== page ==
Good use of the Dumbest Stuff I Ever Read! tag. Gotta get me one of those.
The Sacramento County Office of Education finds that this California standard (for grade 9-10):
2.5 Extend ideas presented in primary or secondary sources through original analysis, evaluation, and elaboration.
is aligned with these standards from the Common Core:
- 9. Analyze seminal U.S. documents of historical and literary significance, including how they address related themes and concepts.
- 10. By the end of grade 9, read and comprehend literary nonfiction in the grades 9-10 text complexity band proficiently, with scaffolding as needed at the high end of the range.
- 1. Cite specific textual evidence to support analysis of primary and secondary sources, attending to such features as the date and origin of the information.
- 9. Compare and contrast treatments of the same topic in several primary and secondary sources.
What's the verb in the California standard? Extend. The Common Core standards take great pains to keep all tasks tightly constrained to the texts for easy scoring. They are specifically constructed to not require the student to "extend ideas," unlike the standards of other high performing countries. How do you train a bunch of temps or program a computer to score "idea extension?" If you can't you'd better come up with a simpler standard. That's the way the Common Core is designed, at least.
Of the four CC standards cited, they really only need the first one. The last three are off topic and seem included simply to obfuscate the issue.
This comes up on page 6 of a 67 page document. I'm not going to slog through the rest.
What is the point of doing an alignment of standards if you don't seem very concerned with the precise details of what the standards say. Why bother? Why bother changing if the details aren't important?
FARMINGTON, ME (April 15, 2010)–Theodora J. Kalikow, University of Maine at Farmington president, announces the retirement of William W. Geller, UMF vice president for administration and longtime University administrator, as of June 30, 2010. During his better than 33-year career at UMF, Geller has also served as vice president for student affairs, assistant to the president and grant coordinator, executive director of educational services, interim provost, executive director of educational services, vice president for student and community services and interim director of admission.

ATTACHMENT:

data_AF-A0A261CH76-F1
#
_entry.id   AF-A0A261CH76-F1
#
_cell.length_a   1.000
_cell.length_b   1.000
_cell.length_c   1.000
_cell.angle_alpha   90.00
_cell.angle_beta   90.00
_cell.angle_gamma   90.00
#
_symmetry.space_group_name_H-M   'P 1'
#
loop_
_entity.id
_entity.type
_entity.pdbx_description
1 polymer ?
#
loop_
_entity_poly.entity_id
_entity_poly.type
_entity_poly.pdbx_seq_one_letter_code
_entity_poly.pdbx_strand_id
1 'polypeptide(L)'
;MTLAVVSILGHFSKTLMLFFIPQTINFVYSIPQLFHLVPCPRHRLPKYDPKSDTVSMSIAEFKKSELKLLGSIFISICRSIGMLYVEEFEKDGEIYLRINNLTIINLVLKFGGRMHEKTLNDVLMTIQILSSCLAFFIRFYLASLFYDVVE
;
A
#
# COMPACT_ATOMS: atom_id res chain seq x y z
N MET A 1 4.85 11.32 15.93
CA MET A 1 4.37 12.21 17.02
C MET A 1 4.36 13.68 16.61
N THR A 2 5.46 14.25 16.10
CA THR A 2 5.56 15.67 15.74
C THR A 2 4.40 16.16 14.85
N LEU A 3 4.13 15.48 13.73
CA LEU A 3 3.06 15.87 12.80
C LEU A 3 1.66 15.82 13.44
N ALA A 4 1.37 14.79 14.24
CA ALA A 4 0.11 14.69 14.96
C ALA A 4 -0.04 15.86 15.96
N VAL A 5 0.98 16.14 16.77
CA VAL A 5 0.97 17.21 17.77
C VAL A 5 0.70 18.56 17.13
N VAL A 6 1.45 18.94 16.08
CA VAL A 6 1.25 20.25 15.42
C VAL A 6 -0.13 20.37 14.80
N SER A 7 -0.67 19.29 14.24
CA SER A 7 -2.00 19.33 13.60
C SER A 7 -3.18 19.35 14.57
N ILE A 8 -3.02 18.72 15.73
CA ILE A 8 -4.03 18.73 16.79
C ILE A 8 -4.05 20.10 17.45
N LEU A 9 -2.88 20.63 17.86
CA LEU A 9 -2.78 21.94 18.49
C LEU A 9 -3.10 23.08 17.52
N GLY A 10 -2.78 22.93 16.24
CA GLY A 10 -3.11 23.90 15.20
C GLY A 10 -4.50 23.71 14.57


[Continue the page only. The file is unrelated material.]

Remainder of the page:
“Bill has done a wonderful job for UMF no matter what his position title happened to be,” said Kalikow. “He has been a mentor to many generations of UMF students, a supportive colleague, a creative and organized thinker who helped shape UMF and a most trusted and respected advisor for me during my entire presidential term.”
During Geller’s most recent service as vice president for administration, he has led the way in mapping out a path whereby UMF can survive and thrive in years to come, despite the difficult state and national budget challenges. Through the years, he has helped shape UMS fiscal policy and worked collaboratively with his CFO colleagues. Additionally, he has been a leader on the libraries and Education Center capital campaigns and a trusted collaborator with the Town of Farmington.
That's my father-in-law! Yes, education is the family business here.
Rhee states frequently that her concern is only for D.C. schoolchildren. If that is so, it seems odd that she would be so quick to suggest that she might abandon them without giving a new mayor a chance to do what she considers the right thing.
Her comments are hardly a great lesson for young people, who need more than ever to learn how to listen to other views and compromise.
Would it not be a far better message for Rhee to tell D.C. schoolchildren that she is here to stay and fight to improve their schools?